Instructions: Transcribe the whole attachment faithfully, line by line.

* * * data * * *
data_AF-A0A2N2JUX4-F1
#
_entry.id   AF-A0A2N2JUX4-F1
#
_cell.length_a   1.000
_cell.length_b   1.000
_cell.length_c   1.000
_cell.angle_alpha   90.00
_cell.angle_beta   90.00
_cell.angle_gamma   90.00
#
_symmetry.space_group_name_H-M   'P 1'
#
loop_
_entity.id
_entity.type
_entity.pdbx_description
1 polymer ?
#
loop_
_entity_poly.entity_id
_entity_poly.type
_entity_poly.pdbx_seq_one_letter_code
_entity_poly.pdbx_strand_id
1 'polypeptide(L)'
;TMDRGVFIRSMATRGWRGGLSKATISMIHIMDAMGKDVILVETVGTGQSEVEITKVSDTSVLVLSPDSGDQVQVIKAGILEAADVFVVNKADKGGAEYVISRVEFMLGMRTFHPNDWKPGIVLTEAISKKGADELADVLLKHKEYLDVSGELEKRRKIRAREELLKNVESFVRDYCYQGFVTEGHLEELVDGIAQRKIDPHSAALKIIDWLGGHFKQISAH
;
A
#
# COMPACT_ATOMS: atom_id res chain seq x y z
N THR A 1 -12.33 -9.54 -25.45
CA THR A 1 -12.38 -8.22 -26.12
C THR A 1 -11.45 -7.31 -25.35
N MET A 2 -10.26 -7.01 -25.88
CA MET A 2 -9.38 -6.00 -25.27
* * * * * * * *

data_AF-A0A2N2JUX4-F1
#
_entry.id   AF-A0A2N2JUX4-F1
#
_cell.length_a   1.000
_cell.length_b   1.000
_cell.length_c   1.000
_cell.angle_alpha   90.00
_cell.angle_beta   90.00
_cell.angle_gamma   90.00
#
_symmetry.space_group_name_H-M   'P 1'
#
loop_
_entity.id
_entity.type
_entity.pdbx_description
1 polymer ?
#
loop_
_entity_poly.entity_id
_entity_poly.type
_entity_poly.pdbx_seq_one_letter_code
_entity_poly.pdbx_strand_id
1 'polypeptide(L)'
;TMDRGVFIRSMATRGWRGGLSKATISMIHIMDAMGKDVILVETVGTGQSEVEITKVSDTSVLVLSPDSGDQVQVIKAGILEAADVFVVNKADKGGAEYVISRVEFMLGMRTFHPNDWKPGIVLTEAISKKGADELADVLLKHKEYLDVSGELEKRRKIRAREELLKNVESFVRDYCYQGFVTEGHLEELVDGIAQRKIDPHSAALKIIDWLGGHFKQISAH
;
A
#
# COMPACT_ATOMS: atom_id res chain seq x y z
N THR A 1 -12.33 -9.54 -25.45
CA THR A 1 -12.38 -8.22 -26.12
C THR A 1 -11.45 -7.31 -25.35
N MET A 2 -10.26 -7.01 -25.88
CA MET A 2 -9.38 -6.00 -25.27